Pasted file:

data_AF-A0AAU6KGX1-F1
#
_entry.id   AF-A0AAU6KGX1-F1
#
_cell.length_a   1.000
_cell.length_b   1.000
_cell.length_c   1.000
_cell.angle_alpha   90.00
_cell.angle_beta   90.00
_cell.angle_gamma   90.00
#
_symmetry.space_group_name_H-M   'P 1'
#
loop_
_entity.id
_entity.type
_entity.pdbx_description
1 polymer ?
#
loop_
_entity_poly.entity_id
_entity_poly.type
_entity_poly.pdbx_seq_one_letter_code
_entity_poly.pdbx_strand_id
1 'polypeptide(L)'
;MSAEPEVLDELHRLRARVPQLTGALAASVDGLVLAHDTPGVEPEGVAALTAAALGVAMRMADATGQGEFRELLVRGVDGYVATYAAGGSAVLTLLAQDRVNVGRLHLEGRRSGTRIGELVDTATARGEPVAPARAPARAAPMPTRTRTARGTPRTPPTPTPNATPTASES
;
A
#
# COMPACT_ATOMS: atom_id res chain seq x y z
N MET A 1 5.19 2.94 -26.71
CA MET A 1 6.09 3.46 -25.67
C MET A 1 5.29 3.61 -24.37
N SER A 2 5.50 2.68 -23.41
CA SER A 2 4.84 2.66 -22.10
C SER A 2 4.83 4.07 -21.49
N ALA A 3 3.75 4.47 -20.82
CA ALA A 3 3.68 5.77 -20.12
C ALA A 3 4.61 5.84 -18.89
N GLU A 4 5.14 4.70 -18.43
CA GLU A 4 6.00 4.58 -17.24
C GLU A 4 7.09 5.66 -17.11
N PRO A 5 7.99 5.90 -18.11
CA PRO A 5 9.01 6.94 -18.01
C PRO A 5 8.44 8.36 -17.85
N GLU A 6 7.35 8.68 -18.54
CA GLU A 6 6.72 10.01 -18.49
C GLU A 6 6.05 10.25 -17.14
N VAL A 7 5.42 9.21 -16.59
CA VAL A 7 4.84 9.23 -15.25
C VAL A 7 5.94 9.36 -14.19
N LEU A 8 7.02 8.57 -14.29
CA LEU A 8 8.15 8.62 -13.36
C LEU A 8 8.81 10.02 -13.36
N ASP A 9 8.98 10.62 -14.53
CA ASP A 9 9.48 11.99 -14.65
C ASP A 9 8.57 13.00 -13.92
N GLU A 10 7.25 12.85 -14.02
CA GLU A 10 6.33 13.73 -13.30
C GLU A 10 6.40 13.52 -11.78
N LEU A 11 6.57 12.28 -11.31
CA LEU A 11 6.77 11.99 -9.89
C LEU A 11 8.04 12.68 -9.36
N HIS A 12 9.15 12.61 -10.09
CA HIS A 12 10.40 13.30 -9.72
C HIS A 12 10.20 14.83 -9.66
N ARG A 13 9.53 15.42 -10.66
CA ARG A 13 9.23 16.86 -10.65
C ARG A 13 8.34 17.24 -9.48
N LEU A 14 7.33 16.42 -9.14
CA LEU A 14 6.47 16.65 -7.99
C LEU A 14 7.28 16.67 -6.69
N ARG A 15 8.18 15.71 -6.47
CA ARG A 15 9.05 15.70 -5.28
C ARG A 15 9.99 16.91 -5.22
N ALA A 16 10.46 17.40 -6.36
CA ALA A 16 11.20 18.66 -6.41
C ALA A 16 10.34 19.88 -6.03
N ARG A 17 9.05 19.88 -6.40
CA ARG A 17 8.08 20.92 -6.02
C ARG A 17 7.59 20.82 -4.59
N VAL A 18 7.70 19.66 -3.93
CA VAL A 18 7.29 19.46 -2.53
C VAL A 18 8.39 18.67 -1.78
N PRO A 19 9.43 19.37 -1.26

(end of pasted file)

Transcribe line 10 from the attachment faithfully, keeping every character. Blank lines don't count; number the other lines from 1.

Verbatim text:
_cell.angle_gamma   90.00